Also, as he understands, the decision administratively for divisions to be part of the Child Guidance Clinic rests with those local divisions to make that decision. We provide the funding available; they determine how they wish to use that funding in relation to clinician services.
Mr. Speaker: Time for Oral Questions has expired.
Hon. Donald Orchard (Minister of Health): Sir, might I have leave of the House for a nonpolitical statement, please? [Agreed]
Mr. Speaker, as you can see, members from both sides of the House have decided to make a fashion statement today in support of the Children's Hospital Research Foundation.
Today is the Foundation's annual "Wear Your Bear" day, where 15,000 Manitobans will be going to work, school or their daily activities wearing a T‑shirt promoting this weekend's Children's Miracle Telethon.
During the past six years, the telethon has raised over $4 million going toward patient programs and quality care at Children's Hospital. In addition, the money raised goes toward the Foundation's $1.4‑million commitment to research and to childhood diseases such as cancer, sudden infant death syndrome, heart and kidney diseases.
Mr. Speaker, this weekend's telethon
brings to a climax a week of events organized by the Children's Hospital
Research Foundation. Last Sunday, the
foundation hosted the annual Teddy Bears' Picnic at
The foundation's ambassador, Dr. Goodbear, has been synonymous with promoting good health in children and has helped take away some of the fears they might have about doctors and hospitals. Several other events have been added this year, including a car rally, a celebrity karaoke contest, a dance marathon and a beach volleyball tournament.
We can see by this type of involvement and the range of activities how interested Manitobans are in providing excellent medical care to our children and in research to help eliminate the diseases that sometimes afflict them.
Mr. Speaker, few things concern those of us who are parents more than the health and well‑being of our children, and that is why many of us in this House and those in the community, some 15,000 strong today, are showing our support for the Children's Hospital Research Foundation. I would encourage all of us as Manitobans, each in our own way, to help a miracle happen soon.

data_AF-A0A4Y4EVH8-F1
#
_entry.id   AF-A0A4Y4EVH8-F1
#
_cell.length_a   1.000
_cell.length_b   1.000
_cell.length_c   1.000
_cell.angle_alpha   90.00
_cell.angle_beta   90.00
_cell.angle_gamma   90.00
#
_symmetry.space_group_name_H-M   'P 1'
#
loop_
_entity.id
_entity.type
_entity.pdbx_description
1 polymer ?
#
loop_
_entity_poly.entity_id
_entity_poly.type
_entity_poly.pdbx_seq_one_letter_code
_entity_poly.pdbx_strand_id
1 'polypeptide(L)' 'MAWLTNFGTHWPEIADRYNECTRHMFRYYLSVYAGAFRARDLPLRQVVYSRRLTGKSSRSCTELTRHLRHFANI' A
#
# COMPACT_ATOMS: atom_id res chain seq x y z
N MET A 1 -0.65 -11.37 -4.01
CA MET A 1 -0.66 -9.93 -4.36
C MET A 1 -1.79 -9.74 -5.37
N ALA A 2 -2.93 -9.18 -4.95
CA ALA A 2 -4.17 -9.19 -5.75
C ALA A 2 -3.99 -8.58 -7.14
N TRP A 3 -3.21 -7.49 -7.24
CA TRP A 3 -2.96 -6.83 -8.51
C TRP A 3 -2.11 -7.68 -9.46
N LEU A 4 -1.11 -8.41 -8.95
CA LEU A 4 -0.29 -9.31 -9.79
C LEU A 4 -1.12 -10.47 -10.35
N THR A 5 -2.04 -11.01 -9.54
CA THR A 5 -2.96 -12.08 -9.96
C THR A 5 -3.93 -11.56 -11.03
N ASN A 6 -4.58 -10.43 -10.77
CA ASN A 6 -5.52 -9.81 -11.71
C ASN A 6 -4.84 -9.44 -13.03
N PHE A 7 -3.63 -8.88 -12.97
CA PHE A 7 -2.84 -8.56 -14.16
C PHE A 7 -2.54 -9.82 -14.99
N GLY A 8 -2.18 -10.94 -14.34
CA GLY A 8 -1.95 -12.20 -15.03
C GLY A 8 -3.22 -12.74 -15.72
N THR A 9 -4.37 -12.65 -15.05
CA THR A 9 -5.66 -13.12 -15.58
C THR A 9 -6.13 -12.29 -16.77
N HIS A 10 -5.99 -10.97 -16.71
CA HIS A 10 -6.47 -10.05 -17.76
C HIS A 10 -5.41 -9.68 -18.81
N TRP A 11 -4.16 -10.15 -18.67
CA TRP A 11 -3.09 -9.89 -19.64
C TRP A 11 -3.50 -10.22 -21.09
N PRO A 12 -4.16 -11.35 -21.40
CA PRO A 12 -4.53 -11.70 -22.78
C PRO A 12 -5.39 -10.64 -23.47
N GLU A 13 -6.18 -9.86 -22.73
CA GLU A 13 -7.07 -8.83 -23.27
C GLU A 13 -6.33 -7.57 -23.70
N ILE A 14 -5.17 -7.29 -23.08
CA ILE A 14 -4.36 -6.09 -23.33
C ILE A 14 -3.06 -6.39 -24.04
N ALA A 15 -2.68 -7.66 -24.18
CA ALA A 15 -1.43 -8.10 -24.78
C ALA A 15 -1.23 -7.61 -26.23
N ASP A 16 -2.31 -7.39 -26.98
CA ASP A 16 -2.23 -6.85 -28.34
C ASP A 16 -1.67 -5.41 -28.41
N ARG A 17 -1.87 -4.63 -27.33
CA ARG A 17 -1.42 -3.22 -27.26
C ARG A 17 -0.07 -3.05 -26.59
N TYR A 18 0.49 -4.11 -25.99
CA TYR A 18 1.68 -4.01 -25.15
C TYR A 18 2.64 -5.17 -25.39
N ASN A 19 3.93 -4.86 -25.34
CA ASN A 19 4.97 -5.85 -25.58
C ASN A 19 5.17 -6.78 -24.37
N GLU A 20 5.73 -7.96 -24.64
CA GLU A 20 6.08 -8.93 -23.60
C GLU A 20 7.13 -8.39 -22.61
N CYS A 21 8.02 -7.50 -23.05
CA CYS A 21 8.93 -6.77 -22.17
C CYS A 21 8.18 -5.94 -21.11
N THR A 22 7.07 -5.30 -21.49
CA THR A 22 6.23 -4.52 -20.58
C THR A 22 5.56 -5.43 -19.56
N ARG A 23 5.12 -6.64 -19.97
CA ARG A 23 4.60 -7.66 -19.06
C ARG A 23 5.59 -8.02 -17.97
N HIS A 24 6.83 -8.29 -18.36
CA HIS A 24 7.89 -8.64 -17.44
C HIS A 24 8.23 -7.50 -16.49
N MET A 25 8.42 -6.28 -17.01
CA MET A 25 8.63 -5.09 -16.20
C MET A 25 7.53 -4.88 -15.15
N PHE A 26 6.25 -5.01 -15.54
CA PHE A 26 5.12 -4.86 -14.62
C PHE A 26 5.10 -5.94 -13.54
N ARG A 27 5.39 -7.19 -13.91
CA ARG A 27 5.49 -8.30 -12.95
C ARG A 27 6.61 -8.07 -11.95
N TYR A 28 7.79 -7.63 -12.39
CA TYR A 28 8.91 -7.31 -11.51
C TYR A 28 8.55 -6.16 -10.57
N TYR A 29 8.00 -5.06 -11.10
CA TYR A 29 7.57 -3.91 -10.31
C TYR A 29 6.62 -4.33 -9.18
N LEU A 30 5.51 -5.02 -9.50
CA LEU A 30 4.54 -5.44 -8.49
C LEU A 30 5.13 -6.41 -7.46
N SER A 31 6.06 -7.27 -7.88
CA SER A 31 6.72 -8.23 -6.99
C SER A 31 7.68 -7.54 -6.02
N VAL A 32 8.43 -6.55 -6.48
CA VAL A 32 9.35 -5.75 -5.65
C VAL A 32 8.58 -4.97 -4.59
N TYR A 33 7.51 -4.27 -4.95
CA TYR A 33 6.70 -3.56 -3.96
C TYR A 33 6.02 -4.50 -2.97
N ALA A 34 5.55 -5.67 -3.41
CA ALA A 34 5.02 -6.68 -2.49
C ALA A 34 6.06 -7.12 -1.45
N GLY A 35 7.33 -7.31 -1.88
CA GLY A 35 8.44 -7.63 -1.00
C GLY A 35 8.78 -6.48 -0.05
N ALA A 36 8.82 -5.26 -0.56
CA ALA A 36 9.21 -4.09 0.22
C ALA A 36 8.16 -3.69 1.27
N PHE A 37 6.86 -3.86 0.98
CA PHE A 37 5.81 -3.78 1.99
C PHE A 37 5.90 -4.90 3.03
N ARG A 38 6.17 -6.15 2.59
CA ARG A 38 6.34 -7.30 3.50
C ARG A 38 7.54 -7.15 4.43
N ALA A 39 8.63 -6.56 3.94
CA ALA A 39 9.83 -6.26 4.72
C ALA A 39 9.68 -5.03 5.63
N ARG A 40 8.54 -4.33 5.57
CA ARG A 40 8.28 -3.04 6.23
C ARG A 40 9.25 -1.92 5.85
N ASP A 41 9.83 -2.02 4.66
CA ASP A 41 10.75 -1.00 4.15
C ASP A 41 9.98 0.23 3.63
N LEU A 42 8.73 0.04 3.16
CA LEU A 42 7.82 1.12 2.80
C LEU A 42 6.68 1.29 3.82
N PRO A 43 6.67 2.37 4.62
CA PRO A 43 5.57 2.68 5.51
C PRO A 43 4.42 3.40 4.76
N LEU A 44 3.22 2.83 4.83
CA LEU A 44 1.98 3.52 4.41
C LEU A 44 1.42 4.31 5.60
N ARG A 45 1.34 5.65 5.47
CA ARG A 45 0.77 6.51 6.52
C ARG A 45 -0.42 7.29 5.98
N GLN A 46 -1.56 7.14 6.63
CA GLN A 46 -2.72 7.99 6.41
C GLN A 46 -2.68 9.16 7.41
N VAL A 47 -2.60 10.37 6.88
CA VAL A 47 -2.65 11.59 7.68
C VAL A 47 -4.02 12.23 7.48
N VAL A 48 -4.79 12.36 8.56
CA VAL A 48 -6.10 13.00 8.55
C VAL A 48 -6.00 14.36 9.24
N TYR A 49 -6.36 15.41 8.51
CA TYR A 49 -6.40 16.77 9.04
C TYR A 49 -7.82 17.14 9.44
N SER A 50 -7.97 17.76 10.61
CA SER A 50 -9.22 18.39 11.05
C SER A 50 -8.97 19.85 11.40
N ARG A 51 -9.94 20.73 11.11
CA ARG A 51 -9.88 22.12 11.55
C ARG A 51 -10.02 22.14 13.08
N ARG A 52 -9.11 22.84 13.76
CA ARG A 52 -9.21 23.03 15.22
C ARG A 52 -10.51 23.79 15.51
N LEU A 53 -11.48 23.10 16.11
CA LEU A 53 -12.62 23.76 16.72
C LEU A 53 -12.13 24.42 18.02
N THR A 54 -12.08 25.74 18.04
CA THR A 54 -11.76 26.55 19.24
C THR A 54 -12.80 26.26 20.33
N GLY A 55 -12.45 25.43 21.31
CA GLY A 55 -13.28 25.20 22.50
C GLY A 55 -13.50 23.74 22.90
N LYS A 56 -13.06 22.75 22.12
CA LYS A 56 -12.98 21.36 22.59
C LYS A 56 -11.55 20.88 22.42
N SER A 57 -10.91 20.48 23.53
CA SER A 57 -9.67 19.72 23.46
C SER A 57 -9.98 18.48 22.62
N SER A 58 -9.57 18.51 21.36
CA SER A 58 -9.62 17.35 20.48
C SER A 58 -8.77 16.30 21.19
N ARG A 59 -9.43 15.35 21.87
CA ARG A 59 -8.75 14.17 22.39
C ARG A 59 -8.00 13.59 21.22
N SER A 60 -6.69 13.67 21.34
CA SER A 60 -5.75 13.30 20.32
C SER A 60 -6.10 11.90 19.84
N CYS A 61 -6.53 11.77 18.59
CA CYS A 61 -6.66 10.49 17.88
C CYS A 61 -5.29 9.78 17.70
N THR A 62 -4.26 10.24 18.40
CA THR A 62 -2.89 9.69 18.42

Mr. Speaker: Does the honourable member for
Ms. Judy Wasylycia-Leis
I want to, on behalf of the New Democratic Party, make a few comments of support for these efforts. I would like to make some comments from a political point of view and a personal point of view. It is a political issue in the sense of speaking or a policy point of view in terms of this is truly a nonpolitical issue, where we all join together in support of the efforts of the organizers of the Children's Hospital and fundraising to continue to ensure that medical services for very needy children and research in some very difficult times must be supported by all of us. We are all 100 percent behind those efforts.
I want to say, Mr. Speaker, on a personal note, I am truly indebted to the services provided by the Children's Hospital, especially after a week like I have had. I am grateful for the ongoing work that the Children's Hospital, particularly the neurology clinic, has afforded me, my family and, particularly, my son, Nick. So it is with that kind of spirit, and I am sure there are others in this House who have directly benefited from the medical services, the caring spirit and the research endeavours associated with the Children's Hospital, that we all join for policy reasons and for personal reasons in this great week of support for the Children's Hospital.
I want to end by saying a special word of thanks and gratitude to CBC for sponsoring the Children's Miracle Telethon this coming Sunday. I would like to add my words of congratulations to all the volunteers and organizers who have put on so many events this week and to all Manitobans who have participated in those events and shown such incredible generosity and a spirit of true giving. Thank you, Mr. Speaker.
Mr. Speaker: Does the honourable member for The Maples have leave to make a nonpolitical statement? [Agreed]
Mr. Gulzar Cheema (The
Maples): Mr. Speaker, I would also like to join with
the Minister of Health and the member for
That is why, Mr. Speaker, we in this province are a lot different and a lot more positive than the rest of the country, and I think that is one example.
I want to add our best wishes to the organizers and the individuals who are involved in this fundraising event. I think in a way, as the member for St. Johns (Ms. Wasylycia‑Leis) has said, each and every one of us has some kind of personal experience dealing with health care issues, and also, when you are dealing with children, Mr. Speaker, at that age it is so important to give them everything possible in whatever way we can. We should always try to do that.
I must say that we are very happy and very pleased that something like this has been happening, and we should follow on all other fronts also. Thank you.
Mr. Neil Gaudry (St. Boniface): Mr. Speaker, I move, seconded by the member for Osborne (Mr. Alcock), that the composition of the Standing Committee on Private Bills be amended as follows: The Maples (Mr. Cheema) for St. James (Mr. Edwards). [Agreed]
Mr. Edward Helwer (Gimli): Mr. Speaker, I move, seconded by the member for St. Vital (Mrs. Render), that the composition of the Standing Committee on Private Bills be amended as follows: the member for Gimli (Mr. Helwer) for the member for St. Norbert (Mr. Laurendeau). [Agreed]
ORDERS OF THE DAY
Hon. Clayton Manness (Government House Leader): Mr. Speaker, will you call Report Stage of the bills shown, starting on page 5.